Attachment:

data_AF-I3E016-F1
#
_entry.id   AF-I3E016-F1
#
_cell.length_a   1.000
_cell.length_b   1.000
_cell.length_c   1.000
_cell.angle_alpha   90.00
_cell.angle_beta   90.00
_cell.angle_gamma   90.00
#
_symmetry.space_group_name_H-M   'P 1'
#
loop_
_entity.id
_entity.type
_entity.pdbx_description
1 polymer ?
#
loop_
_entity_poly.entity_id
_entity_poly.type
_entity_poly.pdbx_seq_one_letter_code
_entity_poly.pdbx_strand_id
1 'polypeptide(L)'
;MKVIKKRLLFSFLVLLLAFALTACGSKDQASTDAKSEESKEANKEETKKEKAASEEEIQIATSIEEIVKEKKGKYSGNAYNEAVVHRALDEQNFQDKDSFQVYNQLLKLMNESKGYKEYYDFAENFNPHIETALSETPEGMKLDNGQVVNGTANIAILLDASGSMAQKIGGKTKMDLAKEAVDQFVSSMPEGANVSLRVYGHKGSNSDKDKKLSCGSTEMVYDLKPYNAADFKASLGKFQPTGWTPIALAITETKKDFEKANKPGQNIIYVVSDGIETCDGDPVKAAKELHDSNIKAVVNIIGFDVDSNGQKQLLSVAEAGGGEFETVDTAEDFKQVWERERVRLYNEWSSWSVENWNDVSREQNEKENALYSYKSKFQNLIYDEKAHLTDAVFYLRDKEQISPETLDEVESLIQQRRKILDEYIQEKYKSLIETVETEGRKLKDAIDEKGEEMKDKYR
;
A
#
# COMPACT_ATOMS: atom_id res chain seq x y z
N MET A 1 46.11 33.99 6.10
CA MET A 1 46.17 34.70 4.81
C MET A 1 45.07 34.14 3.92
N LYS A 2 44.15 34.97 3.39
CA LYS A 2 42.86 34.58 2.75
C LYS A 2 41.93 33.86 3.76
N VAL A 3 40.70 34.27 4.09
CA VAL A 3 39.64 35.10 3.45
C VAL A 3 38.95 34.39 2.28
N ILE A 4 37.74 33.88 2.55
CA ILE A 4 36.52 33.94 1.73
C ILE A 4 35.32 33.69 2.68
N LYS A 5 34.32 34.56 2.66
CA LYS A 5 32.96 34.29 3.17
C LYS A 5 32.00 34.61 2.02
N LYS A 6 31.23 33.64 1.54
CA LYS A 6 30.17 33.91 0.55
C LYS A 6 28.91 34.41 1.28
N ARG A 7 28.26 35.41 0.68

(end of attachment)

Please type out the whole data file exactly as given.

data_AF-I3E016-F1
#
_entry.id   AF-I3E016-F1
#
_cell.length_a   1.000
_cell.length_b   1.000
_cell.length_c   1.000
_cell.angle_alpha   90.00
_cell.angle_beta   90.00
_cell.angle_gamma   90.00
#
_symmetry.space_group_name_H-M   'P 1'
#
loop_
_entity.id
_entity.type
_entity.pdbx_description
1 polymer ?
#
loop_
_entity_poly.entity_id
_entity_poly.type
_entity_poly.pdbx_seq_one_letter_code
_entity_poly.pdbx_strand_id
1 'polypeptide(L)'
;MKVIKKRLLFSFLVLLLAFALTACGSKDQASTDAKSEESKEANKEETKKEKAASEEEIQIATSIEEIVKEKKGKYSGNAYNEAVVHRALDEQNFQDKDSFQVYNQLLKLMNESKGYKEYYDFAENFNPHIETALSETPEGMKLDNGQVVNGTANIAILLDASGSMAQKIGGKTKMDLAKEAVDQFVSSMPEGANVSLRVYGHKGSNSDKDKKLSCGSTEMVYDLKPYNAADFKASLGKFQPTGWTPIALAITETKKDFEKANKPGQNIIYVVSDGIETCDGDPVKAAKELHDSNIKAVVNIIGFDVDSNGQKQLLSVAEAGGGEFETVDTAEDFKQVWERERVRLYNEWSSWSVENWNDVSREQNEKENALYSYKSKFQNLIYDEKAHLTDAVFYLRDKEQISPETLDEVESLIQQRRKILDEYIQEKYKSLIETVETEGRKLKDAIDEKGEEMKDKYR
;
A
#
# COMPACT_ATOMS: atom_id res chain seq x y z
N MET A 1 46.11 33.99 6.10
CA MET A 1 46.17 34.70 4.81
C MET A 1 45.07 34.14 3.92
N LYS A 2 44.15 34.97 3.39
CA LYS A 2 42.86 34.58 2.75
C LYS A 2 41.93 33.86 3.76
N VAL A 3 40.70 34.27 4.09
CA VAL A 3 39.64 35.10 3.45
C VAL A 3 38.95 34.39 2.28
N ILE A 4 37.74 33.88 2.55
CA ILE A 4 36.52 33.94 1.73
C ILE A 4 35.32 33.69 2.68
N LYS A 5 34.32 34.56 2.66
CA LYS A 5 32.96 34.29 3.17
C LYS A 5 32.00 34.61 2.02
N LYS A 6 31.23 33.64 1.54
CA LYS A 6 30.17 33.91 0.55
C LYS A 6 28.91 34.41 1.28
N ARG A 7 28.26 35.41 0.68